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Other specified salmonella infections Save

ICD-10 code: A02.8

Chapter: Certain infectious and parasitic diseases

Other specified salmonella infections

Salmonella is a group of bacteria that can cause foodborne illnesses in humans. While most people are familiar with the common types of salmonella, such as Salmonella enteritidis or Salmonella typhimurium, there are many other types of salmonella that can cause infections in humans. These are known as other specified salmonella infections.

Other specified salmonella infections are caused by salmonella bacteria that are not classified as one of the common types. These bacteria can cause a range of symptoms, including diarrhea, fever, and abdominal cramps. The severity of the symptoms can vary depending on the type of salmonella bacteria involved and the individual's overall health.

Causes of other specified salmonella infections

Other specified salmonella infections can be caused by a variety of sources. The bacteria can be found in many types of food, including meat, eggs, and dairy products. Salmonella can also be found in contaminated water or soil, and it can be spread from person to person through contact with infected individuals or their bodily fluids.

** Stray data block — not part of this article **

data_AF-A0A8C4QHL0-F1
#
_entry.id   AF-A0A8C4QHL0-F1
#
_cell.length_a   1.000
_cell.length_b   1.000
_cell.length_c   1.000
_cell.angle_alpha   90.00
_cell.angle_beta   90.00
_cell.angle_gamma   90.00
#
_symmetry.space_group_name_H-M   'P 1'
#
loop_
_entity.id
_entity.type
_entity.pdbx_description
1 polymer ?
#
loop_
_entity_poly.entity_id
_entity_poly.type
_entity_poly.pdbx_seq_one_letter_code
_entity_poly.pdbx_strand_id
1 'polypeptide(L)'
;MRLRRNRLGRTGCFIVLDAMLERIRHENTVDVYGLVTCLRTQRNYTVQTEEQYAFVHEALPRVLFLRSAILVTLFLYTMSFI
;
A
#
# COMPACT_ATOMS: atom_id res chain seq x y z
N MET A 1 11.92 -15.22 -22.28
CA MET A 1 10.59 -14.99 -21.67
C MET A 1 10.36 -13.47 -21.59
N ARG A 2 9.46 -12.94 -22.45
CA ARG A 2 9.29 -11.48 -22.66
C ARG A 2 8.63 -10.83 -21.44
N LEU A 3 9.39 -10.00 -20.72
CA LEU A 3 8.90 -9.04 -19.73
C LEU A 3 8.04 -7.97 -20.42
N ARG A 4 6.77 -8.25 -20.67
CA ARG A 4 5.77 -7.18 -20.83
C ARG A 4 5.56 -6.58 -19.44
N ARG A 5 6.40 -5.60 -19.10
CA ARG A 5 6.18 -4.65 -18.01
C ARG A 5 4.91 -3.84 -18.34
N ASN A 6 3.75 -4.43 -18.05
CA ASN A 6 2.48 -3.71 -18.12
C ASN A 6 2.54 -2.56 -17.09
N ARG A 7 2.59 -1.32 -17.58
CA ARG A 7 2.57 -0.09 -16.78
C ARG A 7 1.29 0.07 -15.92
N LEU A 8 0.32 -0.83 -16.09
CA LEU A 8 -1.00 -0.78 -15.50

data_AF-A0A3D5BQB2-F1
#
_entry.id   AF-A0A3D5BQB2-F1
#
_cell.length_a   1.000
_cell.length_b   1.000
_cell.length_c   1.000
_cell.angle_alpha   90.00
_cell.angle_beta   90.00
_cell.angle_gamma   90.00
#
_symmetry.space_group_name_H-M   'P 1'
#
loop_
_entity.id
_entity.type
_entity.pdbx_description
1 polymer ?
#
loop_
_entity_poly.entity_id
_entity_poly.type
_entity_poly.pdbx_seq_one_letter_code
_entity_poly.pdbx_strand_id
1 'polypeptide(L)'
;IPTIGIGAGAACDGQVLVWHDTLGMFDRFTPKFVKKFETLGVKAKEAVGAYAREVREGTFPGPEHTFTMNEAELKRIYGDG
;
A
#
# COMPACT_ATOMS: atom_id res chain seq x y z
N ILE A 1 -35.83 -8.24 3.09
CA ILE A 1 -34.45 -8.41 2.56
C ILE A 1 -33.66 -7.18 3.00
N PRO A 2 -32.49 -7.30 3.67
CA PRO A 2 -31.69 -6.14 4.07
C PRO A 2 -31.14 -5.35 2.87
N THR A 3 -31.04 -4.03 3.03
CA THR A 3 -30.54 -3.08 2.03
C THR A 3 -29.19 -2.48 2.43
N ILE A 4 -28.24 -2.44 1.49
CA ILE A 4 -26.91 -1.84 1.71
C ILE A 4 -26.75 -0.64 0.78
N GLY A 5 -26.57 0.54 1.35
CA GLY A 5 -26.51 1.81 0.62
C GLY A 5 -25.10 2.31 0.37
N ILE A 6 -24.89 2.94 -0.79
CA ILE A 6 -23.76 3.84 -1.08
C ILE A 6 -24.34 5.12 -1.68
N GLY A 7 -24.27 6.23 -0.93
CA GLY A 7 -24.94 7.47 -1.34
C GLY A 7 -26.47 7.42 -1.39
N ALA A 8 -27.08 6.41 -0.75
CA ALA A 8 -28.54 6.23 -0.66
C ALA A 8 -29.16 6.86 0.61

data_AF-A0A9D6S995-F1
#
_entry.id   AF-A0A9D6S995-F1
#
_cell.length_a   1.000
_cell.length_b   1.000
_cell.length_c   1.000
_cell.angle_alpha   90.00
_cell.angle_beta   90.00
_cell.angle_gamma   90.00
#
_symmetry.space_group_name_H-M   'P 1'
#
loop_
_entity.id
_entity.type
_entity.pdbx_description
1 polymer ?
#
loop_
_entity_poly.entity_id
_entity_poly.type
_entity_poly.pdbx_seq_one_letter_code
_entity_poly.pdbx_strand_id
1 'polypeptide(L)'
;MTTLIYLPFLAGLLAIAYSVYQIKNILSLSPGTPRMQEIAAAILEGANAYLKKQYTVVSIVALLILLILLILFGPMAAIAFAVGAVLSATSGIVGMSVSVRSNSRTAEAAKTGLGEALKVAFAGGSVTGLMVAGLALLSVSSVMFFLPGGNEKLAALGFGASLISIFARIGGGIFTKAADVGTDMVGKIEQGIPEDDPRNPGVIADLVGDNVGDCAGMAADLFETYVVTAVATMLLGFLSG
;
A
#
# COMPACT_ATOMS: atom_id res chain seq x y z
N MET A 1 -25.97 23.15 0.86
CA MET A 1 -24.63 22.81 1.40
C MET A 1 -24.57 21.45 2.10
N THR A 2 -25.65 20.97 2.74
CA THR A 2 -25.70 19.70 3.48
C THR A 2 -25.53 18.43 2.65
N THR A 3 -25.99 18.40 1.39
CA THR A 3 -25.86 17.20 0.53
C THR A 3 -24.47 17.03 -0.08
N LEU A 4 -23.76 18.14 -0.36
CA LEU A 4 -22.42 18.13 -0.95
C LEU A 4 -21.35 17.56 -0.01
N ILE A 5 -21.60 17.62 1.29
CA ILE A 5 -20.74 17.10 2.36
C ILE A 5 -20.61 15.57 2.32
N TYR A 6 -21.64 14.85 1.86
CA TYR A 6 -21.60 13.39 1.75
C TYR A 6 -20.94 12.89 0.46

Preventing other specified salmonella infections

  1. Cooking food thoroughly: One of the most effective ways to prevent salmonella infections is to cook food thoroughly. This means cooking meat, poultry, and eggs until they are well done, and avoiding raw or undercooked foods.
  2. Washing hands frequently: Salmonella can be spread from person to person, so it is important to wash your hands frequently, especially after using the bathroom, changing diapers, or handling animals.
  3. Keeping food properly refrigerated: Salmonella bacteria can grow quickly in warm temperatures, so it is important to keep food properly refrigerated. This means storing perishable foods like meat, poultry, and dairy products at temperatures below 40 degrees Fahrenheit.
  4. Avoiding cross-contamination: Salmonella can be spread from raw meat or poultry to other foods, so it is important to avoid cross-contamination. This means using separate cutting boards and utensils for raw and cooked foods, and washing your hands and surfaces thoroughly after handling raw meat or poultry.
Treatment of other specified salmonella infections

If you suspect that you have a salmonella infection, it is important to seek medical attention. While most cases of salmonella infections are mild and will resolve on their own, some cases can be more severe and may require medical treatment. Treatment may include antibiotics, rehydration therapy, and other supportive measures.

Overall, other specified salmonella infections can be prevented by taking simple steps to protect yourself and your family. By cooking food thoroughly, washing your hands frequently, and avoiding cross-contamination, you can reduce your risk of developing a salmonella infection.

Diagnosis Codes for Other specified salmonella infections | A02.8